pub trait Monoid : for<'a> AddAssign<&'a Self> + ::std::marker::Sized + Data + Clone {
/* snip */
}

we see that we basically only need to implement Rusts AddAssign trait. It is only a monoid after all. To make it a semiring we need a multiplication operator. When we provide it we can use our newly defined type as a differences type for a collection.

impl<'a> AddAssign<&'a Self> for MaxProd {
        fn add_assign(&mut self, rhs: &MaxProd) {
                *self = MaxProd {
                        value: std::cmp::max(self.value, rhs.value),
                }
        }
}

impl Mul<Self> for MaxProd {
        type Output = Self;
        fn mul(self, rhs: Self) -> Self {
                MaxProd {
                        value: self.value * rhs.value,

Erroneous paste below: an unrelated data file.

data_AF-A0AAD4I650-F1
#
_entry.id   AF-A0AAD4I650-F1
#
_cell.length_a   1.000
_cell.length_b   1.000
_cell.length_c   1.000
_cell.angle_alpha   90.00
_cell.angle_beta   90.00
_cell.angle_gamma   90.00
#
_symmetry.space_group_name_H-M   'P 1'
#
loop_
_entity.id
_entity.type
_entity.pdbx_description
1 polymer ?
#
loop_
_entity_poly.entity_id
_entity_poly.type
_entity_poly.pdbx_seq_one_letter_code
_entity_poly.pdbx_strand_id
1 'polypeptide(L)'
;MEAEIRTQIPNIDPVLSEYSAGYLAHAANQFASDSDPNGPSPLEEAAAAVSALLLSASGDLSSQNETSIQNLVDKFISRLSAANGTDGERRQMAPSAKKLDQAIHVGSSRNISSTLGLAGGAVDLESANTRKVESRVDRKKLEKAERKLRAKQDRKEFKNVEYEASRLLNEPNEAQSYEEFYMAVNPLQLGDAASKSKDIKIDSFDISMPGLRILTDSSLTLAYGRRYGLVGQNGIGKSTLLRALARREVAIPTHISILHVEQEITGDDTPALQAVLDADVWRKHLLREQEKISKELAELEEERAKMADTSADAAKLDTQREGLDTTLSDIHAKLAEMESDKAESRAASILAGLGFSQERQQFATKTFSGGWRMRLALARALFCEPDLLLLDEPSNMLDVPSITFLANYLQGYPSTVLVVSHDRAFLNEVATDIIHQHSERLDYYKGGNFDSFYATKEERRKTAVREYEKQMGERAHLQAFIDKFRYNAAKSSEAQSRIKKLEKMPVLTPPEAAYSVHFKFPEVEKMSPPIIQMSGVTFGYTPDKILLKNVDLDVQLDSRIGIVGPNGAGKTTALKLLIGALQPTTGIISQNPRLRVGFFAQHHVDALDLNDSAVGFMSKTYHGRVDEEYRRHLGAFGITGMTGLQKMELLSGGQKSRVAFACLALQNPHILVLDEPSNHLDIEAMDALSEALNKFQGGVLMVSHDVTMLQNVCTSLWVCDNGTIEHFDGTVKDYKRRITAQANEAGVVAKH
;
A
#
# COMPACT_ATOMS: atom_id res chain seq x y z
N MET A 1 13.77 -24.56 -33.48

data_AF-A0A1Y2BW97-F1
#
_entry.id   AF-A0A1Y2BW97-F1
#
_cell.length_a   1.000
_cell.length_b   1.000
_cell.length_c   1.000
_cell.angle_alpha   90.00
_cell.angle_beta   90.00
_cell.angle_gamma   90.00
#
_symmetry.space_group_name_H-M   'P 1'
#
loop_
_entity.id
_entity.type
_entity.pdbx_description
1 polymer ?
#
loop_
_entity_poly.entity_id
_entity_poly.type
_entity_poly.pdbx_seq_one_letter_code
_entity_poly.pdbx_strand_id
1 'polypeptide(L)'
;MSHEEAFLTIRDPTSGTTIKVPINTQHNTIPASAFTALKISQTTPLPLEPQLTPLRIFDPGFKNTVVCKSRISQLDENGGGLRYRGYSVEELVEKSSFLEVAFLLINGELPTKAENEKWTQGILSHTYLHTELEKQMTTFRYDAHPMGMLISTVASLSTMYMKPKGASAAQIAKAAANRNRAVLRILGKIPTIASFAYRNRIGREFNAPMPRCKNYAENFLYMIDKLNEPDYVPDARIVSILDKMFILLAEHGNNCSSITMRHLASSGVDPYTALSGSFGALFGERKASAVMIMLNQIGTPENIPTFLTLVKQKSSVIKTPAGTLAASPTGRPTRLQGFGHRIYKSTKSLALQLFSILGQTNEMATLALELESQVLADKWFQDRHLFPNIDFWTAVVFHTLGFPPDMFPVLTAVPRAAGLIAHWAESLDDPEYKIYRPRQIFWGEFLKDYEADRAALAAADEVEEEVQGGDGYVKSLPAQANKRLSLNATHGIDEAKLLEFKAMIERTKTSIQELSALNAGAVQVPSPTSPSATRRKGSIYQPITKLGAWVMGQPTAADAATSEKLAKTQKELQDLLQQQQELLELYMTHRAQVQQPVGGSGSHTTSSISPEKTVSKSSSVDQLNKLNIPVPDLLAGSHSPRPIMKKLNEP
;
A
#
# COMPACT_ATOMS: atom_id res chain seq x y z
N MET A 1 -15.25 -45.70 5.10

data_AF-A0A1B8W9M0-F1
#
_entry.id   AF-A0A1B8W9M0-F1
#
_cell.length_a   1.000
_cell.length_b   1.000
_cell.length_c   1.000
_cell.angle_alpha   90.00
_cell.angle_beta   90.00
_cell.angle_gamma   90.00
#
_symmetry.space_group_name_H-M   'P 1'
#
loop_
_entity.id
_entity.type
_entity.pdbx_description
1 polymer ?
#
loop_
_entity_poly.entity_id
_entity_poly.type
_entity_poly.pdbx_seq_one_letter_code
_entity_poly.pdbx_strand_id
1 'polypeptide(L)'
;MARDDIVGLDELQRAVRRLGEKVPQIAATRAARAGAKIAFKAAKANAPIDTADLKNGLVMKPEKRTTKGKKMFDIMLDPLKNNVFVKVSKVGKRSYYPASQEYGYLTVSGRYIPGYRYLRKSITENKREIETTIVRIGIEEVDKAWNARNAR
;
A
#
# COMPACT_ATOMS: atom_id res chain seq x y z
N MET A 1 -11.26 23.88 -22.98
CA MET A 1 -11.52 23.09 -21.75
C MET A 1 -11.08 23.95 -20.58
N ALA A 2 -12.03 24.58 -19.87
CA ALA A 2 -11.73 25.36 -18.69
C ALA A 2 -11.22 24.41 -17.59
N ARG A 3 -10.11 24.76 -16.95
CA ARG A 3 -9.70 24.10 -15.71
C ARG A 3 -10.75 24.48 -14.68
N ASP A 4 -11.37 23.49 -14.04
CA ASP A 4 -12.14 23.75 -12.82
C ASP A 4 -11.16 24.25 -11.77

}
        }
}

We can implement the Monoid trait that only consists of two methods zero() and is_zero(). These tell differential dataflow when accumulations of updates equal zero (That is e.g. important to know if we are doing fix-point iteration and want to know when to stop).

impl Monoid for MaxProd {
    fn zero() -> MaxProd {
        MaxProd { value: 0 }
    }
}

And that is it. is_zero() has a default implementation.

Now, why is it interesting to encode this semiring directly as the differences type?
Because the join operator applies the Mul operation whilst joining and when we accumulate updates, e.g. with the consolidate operator or in reduce, we apply AddAssign.